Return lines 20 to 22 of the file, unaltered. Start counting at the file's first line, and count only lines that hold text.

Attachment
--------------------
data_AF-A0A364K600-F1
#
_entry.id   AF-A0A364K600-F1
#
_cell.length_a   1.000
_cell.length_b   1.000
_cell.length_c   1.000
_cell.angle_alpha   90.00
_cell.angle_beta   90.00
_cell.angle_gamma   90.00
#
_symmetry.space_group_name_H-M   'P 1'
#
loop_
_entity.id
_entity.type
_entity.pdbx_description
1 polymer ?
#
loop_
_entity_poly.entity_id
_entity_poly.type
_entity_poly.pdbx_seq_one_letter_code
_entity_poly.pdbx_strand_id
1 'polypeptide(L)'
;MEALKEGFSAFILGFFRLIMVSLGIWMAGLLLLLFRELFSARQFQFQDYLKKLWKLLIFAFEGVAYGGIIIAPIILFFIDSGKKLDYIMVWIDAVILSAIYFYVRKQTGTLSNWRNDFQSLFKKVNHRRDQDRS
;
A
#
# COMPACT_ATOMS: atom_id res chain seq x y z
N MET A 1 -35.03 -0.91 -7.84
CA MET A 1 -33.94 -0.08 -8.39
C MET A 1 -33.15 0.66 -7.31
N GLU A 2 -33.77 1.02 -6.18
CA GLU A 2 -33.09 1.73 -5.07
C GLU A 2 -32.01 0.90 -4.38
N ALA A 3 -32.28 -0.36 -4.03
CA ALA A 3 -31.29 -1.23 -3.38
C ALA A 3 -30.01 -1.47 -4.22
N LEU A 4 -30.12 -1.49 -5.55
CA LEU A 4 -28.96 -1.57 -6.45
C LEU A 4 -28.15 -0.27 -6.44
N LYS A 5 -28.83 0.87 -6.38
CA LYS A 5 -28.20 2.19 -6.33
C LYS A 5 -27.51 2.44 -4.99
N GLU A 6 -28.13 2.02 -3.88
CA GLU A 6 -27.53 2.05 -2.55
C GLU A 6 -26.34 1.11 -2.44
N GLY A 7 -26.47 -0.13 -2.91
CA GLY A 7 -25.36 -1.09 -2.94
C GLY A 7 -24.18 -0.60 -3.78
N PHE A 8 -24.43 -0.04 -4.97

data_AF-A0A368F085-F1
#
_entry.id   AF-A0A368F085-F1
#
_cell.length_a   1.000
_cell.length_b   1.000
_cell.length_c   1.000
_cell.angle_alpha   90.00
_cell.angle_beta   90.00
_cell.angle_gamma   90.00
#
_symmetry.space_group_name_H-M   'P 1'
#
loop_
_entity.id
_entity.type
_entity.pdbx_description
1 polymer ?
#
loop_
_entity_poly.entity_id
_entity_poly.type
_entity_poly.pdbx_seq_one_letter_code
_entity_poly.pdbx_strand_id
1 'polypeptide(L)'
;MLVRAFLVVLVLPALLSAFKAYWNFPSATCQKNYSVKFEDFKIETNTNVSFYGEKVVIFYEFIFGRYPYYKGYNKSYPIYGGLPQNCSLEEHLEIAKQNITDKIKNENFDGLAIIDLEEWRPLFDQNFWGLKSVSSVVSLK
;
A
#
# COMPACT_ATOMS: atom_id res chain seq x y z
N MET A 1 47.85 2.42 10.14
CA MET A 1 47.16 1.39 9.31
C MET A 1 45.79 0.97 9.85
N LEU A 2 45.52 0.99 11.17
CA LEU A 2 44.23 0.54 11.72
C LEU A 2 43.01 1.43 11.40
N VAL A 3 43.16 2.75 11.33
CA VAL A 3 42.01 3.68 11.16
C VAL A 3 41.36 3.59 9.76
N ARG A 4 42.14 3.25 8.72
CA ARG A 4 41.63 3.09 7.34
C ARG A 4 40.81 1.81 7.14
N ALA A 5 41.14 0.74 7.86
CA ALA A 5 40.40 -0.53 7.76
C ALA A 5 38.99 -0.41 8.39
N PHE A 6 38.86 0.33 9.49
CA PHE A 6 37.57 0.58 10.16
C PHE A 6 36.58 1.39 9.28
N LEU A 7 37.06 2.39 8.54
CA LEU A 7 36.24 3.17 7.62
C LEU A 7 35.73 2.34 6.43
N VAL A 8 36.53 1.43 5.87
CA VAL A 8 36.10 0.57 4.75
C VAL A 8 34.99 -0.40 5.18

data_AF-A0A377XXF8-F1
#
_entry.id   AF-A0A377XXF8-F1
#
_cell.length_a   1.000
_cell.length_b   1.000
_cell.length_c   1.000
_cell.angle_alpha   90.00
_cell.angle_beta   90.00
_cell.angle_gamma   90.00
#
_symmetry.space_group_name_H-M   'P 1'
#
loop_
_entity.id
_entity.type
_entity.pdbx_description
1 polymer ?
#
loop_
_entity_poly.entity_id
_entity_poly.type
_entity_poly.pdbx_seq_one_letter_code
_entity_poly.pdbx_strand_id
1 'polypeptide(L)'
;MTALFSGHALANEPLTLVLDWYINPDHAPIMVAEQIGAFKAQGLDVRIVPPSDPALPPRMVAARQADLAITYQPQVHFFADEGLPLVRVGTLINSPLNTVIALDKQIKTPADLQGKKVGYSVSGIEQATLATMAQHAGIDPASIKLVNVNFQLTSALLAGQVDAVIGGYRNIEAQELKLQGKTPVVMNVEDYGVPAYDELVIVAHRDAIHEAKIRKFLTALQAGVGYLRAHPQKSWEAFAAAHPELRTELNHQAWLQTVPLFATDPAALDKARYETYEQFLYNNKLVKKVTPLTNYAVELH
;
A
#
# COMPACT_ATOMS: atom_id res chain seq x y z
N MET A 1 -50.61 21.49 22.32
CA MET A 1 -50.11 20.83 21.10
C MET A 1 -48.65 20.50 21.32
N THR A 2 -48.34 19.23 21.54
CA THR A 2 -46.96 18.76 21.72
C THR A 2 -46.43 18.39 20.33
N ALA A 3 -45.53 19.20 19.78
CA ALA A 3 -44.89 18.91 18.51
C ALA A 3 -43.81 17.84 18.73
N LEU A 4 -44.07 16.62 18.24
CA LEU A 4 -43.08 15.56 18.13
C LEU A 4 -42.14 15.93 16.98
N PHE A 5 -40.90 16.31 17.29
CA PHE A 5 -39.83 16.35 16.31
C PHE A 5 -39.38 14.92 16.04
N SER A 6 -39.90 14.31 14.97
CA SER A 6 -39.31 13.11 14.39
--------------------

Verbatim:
loop_
_entity_poly.entity_id
_entity_poly.type